Brits – The Awards They Should Have Given Out

So this is the best of British music, is it? Two awards for a bunch of back-flipping boyband berks (what are they called again, JJB Sports?); a performance from an artist so lacking in natural talent she can’t even mime convincingly, let alone sing live; and a lifetime achievement gong for a UFO-obsessed has-been who thinks tugging the corners of his mouth down and hectoring the crowd to “bounce” constitutes entertainment.

It’s a stinging irony that, on a night that was supposed to celebrate British talent, the best performance by a mile was by two yanks, Jay Z and Alicia Keys, singing a song about New York; and the biggest winner, with three awards, was Lady Gaga, whose charisma, weirdness, and sheer megawatt star power generally made Cheryl Cole look like a Butlins Redcoat in comparison.

But let’s not get carried away singing Gaga’s praises, either. It’s become the consensus view, trotted out by serious rock hacks and broadsheet types, that the ‘Poker Face’ singer has blazed a comet-trail of excitement through pop culture. “She’s revivified the charts”, they say, steepling their fingers solemnly, “and injected a note of alien, Bowie-esque glamour”.

Meh. Personally, I don’t care if she’s come dressed as a Sherbert Dib-Dab/Somali pirate/upside-down exclamation mark – she still makes the kind of heartlessly clinical modern R&B you’d switch off Flava TV to avoid. Who gives a toss what kind of dress she’s wearing? What are you, Gok Wan? Ooh, she’s styled her hair in the shape of a triangle, what a daring and important artist she is.

Let’s be honest – last night’s show was dismal. The Brits have become a dreary eulogy for a bygone age, the last hurrah of the old music industry, a nostalgic overhang from a time, pre-downloading, when Annie Lennox and Chris Rea sold millions, and Des’Ree won awards with impunity. Hence, the after-show parties last night offered a blessed opportunity for the music biz to party like it was 1999, glug Veuve Clicquot by the jeroboam, and pretend that EMI didn’t just post a £1.75 billion loss.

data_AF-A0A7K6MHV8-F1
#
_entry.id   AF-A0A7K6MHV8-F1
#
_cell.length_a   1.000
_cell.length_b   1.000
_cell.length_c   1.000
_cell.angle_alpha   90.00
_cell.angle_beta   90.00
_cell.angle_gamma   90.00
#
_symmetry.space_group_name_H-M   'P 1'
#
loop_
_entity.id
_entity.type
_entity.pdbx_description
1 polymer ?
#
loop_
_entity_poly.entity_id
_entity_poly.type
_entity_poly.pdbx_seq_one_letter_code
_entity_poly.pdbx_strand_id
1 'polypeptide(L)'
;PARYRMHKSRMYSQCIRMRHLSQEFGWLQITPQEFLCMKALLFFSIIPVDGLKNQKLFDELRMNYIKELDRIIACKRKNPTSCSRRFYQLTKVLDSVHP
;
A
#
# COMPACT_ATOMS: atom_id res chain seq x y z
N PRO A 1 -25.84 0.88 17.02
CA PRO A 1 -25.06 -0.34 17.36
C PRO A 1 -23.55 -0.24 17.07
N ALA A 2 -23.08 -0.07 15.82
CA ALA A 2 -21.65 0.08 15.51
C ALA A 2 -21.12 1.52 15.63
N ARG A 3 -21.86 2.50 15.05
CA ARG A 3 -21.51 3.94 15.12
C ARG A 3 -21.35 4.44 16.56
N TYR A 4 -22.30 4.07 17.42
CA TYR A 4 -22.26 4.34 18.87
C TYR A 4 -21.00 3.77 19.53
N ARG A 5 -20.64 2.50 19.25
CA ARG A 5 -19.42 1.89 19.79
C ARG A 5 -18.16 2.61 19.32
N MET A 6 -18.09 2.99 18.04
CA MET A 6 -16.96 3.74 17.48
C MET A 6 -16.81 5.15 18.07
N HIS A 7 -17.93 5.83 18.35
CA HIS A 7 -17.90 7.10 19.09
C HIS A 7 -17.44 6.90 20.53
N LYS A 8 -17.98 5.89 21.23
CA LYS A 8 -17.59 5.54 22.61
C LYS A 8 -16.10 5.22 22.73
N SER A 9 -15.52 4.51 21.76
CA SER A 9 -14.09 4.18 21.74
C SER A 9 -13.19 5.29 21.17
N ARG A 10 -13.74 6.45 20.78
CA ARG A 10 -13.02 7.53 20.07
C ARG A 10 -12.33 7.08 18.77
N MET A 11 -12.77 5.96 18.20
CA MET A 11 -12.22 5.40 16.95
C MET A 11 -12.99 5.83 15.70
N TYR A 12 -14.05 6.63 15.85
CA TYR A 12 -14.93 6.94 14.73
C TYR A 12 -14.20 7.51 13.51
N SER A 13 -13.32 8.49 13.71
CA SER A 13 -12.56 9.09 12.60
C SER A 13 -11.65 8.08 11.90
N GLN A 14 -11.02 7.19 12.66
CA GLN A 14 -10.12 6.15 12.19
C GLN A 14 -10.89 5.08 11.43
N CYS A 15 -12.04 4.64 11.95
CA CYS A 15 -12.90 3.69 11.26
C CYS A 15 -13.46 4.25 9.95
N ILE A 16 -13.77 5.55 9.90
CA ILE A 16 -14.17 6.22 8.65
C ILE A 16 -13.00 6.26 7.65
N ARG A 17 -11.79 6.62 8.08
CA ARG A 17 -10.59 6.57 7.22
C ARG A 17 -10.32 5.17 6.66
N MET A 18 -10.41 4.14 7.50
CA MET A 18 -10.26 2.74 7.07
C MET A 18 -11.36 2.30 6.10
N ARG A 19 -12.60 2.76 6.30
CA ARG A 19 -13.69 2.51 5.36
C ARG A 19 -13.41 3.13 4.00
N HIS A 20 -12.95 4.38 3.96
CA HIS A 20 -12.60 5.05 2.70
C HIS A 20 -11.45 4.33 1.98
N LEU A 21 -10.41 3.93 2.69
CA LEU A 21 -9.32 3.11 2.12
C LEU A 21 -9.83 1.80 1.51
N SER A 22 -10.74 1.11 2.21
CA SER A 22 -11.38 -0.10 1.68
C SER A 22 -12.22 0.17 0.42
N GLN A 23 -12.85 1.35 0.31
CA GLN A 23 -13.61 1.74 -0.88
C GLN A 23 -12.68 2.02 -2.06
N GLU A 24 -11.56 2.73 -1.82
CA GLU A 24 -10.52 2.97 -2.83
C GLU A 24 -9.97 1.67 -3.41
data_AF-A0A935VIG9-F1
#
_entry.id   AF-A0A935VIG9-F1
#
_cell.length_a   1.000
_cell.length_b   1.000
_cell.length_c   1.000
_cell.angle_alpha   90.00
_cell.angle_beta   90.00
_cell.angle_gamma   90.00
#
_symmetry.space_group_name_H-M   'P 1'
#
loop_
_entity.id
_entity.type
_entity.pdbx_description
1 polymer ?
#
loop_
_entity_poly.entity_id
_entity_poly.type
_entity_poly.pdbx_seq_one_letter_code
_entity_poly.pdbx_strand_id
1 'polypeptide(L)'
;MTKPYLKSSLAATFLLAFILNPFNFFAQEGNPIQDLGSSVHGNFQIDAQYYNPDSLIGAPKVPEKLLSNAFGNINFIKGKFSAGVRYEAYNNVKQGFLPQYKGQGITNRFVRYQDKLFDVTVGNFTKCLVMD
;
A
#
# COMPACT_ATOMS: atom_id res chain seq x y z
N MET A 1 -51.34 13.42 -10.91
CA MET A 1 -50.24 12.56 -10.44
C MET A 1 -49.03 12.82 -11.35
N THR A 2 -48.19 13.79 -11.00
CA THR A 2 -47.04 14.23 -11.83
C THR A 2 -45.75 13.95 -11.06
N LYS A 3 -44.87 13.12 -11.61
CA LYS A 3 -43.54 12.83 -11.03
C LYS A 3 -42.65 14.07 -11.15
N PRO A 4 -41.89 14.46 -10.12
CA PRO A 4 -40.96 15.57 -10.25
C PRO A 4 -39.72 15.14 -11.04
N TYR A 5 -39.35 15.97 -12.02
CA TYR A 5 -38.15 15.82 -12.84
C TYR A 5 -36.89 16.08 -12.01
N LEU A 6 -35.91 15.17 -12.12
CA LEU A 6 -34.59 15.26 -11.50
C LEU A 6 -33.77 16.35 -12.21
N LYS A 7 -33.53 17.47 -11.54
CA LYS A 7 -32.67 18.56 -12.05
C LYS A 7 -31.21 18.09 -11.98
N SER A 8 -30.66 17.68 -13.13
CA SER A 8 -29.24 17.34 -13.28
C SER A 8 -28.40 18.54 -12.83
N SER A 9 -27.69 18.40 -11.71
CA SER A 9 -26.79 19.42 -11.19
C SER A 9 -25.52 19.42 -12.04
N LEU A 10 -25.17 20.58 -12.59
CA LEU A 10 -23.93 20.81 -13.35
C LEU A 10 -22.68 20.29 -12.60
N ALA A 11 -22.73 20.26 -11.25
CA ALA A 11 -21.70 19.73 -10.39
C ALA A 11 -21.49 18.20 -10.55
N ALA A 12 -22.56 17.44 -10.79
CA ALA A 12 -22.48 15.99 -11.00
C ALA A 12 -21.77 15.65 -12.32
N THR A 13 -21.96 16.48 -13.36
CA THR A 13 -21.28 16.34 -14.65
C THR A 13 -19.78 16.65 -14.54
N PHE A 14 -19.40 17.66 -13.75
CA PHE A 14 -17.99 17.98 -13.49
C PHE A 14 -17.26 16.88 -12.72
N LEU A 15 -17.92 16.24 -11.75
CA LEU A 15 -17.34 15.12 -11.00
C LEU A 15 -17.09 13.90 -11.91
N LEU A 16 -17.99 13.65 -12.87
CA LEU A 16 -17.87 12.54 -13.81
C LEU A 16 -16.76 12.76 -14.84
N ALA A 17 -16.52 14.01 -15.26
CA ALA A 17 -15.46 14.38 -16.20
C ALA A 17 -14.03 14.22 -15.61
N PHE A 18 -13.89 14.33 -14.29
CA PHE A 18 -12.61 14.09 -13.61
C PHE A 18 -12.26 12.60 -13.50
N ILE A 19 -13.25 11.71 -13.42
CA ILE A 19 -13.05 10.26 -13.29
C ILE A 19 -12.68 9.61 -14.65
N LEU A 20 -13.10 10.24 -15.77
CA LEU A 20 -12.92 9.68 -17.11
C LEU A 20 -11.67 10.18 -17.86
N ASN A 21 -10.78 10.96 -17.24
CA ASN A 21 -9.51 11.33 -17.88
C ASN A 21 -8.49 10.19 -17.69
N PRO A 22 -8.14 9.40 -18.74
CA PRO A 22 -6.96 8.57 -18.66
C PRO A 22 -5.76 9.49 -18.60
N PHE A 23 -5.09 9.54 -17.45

People love to bang on about the shambolic Brits shows of the 1980s, when Mick Fleetwood got drunk and waggled his cock at The Four Tops (or something). But the truth is, it was the random element that made it worth watching. I’d rather sit through two hours of excruciating, knuckle-chewing incompetence than what we get these days, which is a slick, well-oiled ITV conveyor belt, with carefully scheduled windows for ‘controversy’ (step forward, Liam).

Anyway, based on last night’s events, here are the awards I’d give out.

The ‘Shilling In The Name’ Award For Services To The Finance Industry
The Pet Shop Boys made some much-needed cash (they must be strapped, poor lambs, they’ve only sold 50 million albums) by advertising Mastercard in the ad breaks – prompting Ed Simons from The Chemical Brothers to Tweet his outrage: “Not for all the money in the world would we play in someone’s kitchen to sell credit cards.”

Numpty Of The Night
Never mind, Tom Meighan from Kasabian, so you tripped over and looked a bit silly – it’s not like millions of people were watching or anything.

Outstanding Achievement In The Field Of Auto-Tune
Well done, Cheryl Cole. Even though you present a TV show in which the ability to sing live is the only criteria for success, you couldn’t be arsed to do so yourself, instead turning in a mimed performance so badly dubbed it resembled a ‘70s kung-fu movie.

Lifetime Underachievement
Let’s hear it for Robbie Williams, emitting industrial levels of oily self-regard, moist-eyed phoniness and needy desperation since 1994. Wow, he can hold a microphone out and tell the audience to ‘sing it’ – what a showman.

The ‘Phone It In’ Award For Presentational Mediocrity
Could Peter Kay have looked less arsed about the whole thing? He slagged off past winners, mocked current winners, compared Lady Gaga to Sue Pollard. OK, we don’t want Grammys-style reverence, but if even the compere doesn’t take this shit seriously, why should we?